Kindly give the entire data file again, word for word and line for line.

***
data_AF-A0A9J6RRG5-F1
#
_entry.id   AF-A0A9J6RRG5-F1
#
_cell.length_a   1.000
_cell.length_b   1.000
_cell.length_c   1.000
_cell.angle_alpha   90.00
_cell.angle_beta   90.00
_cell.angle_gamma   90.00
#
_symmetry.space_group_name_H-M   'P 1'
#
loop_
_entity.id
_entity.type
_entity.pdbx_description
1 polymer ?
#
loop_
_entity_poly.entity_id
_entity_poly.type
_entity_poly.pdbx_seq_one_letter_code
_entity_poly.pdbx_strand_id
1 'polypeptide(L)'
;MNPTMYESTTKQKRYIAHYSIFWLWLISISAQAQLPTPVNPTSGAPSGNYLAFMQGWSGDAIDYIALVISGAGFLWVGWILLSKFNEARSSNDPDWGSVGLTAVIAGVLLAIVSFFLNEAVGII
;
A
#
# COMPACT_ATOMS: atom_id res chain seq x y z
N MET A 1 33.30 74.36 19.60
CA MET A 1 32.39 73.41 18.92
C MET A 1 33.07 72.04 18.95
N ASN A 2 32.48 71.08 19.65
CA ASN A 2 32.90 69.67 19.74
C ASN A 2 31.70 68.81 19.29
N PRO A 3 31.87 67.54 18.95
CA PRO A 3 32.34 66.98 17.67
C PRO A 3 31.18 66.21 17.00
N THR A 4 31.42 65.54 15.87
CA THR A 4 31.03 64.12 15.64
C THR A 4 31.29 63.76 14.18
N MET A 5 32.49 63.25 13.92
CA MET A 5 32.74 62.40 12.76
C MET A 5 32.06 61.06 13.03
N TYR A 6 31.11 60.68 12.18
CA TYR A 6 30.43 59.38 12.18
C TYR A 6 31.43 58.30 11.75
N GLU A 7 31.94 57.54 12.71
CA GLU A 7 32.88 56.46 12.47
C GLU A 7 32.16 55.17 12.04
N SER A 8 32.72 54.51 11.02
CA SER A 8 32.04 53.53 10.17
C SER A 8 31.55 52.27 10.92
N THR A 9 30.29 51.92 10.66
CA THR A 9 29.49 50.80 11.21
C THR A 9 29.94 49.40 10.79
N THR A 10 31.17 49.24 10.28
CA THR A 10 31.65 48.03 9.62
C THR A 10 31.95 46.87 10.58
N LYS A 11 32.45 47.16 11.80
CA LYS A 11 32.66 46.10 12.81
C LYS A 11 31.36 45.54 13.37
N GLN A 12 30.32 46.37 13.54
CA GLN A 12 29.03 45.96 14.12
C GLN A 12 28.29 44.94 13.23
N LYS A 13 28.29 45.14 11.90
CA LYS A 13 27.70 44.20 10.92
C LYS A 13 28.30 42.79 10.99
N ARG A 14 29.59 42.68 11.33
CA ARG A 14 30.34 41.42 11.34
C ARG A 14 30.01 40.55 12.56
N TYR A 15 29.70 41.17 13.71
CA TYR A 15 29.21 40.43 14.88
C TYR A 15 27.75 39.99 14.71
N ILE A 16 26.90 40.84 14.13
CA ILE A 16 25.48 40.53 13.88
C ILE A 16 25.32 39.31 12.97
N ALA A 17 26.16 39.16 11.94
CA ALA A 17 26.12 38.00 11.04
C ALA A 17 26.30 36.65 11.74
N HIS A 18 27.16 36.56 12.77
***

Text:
data_AF-A0A9J6RRG5-F1
#
_entry.id   AF-A0A9J6RRG5-F1
#
_cell.length_a   1.000
_cell.length_b   1.000
_cell.length_c   1.000
_cell.angle_alpha   90.00
_cell.angle_beta   90.00
_cell.angle_gamma   90.00
#
_symmetry.space_group_name_H-M   'P 1'
#
loop_
_entity.id
_entity.type
_entity.pdbx_description
1 polymer ?
#
loop_
_entity_poly.entity_id
_entity_poly.type
_entity_poly.pdbx_seq_one_letter_code
_entity_poly.pdbx_strand_id
1 'polypeptide(L)'
;MNPTMYESTTKQKRYIAHYSIFWLWLISISAQAQLPTPVNPTSGAPSGNYLAFMQGWSGDAIDYIALVISGAGFLWVGWILLSKFNEARSSNDPDWGSVGLTAVIAGVLLAIVSFFLNEAVGII
;
A
#
# COMPACT_ATOMS: atom_id res chain seq x y z
N MET A 1 33.30 74.36 19.60
CA MET A 1 32.39 73.41 18.92
C MET A 1 33.07 72.04 18.95
N ASN A 2 32.48 71.08 19.65
CA ASN A 2 32.90 69.67 19.74
C ASN A 2 31.70 68.81 19.29
N PRO A 3 31.87 67.54 18.95
CA PRO A 3 32.34 66.98 17.67
C PRO A 3 31.18 66.21 17.00
N THR A 4 31.42 65.54 15.87
CA THR A 4 31.03 64.12 15.64
C THR A 4 31.29 63.76 14.18
N MET A 5 32.49 63.25 13.92
CA MET A 5 32.74 62.40 12.76
C MET A 5 32.06 61.06 13.03
N TYR A 6 31.11 60.68 12.18
CA TYR A 6 30.43 59.38 12.18
C TYR A 6 31.43 58.30 11.75
N GLU A 7 31.94 57.54 12.71
CA GLU A 7 32.88 56.46 12.47
C GLU A 7 32.16 55.17 12.04
N SER A 8 32.72 54.51 11.02
CA SER A 8 32.04 53.53 10.17
C SER A 8 31.55 52.27 10.92
N THR A 9 30.29 51.92 10.66
CA THR A 9 29.49 50.80 11.21
C THR A 9 29.94 49.40 10.79
N THR A 10 31.17 49.24 10.28
CA THR A 10 31.65 48.03 9.62
C THR A 10 31.95 46.87 10.58
N LYS A 11 32.45 47.16 11.80
CA LYS A 11 32.66 46.10 12.81
C LYS A 11 31.36 45.54 13.37
N GLN A 12 30.32 46.37 13.54
CA GLN A 12 29.03 45.96 14.12
C GLN A 12 28.29 44.94 13.23
N LYS A 13 28.29 45.14 11.90
CA LYS A 13 27.70 44.20 10.92
C LYS A 13 28.30 42.79 10.99
N ARG A 14 29.59 42.68 11.33
CA ARG A 14 30.34 41.42 11.34
C ARG A 14 30.01 40.55 12.56
N TYR A 15 29.70 41.17 13.71
CA TYR A 15 29.21 40.43 14.88
C TYR A 15 27.75 39.99 14.71
N ILE A 16 26.90 40.84 14.13
CA ILE A 16 25.48 40.53 13.88
C ILE A 16 25.32 39.31 12.97
N ALA A 17 26.16 39.16 11.94
CA ALA A 17 26.12 38.00 11.04
C ALA A 17 26.30 36.65 11.74
N HIS A 18 27.16 36.56 12.77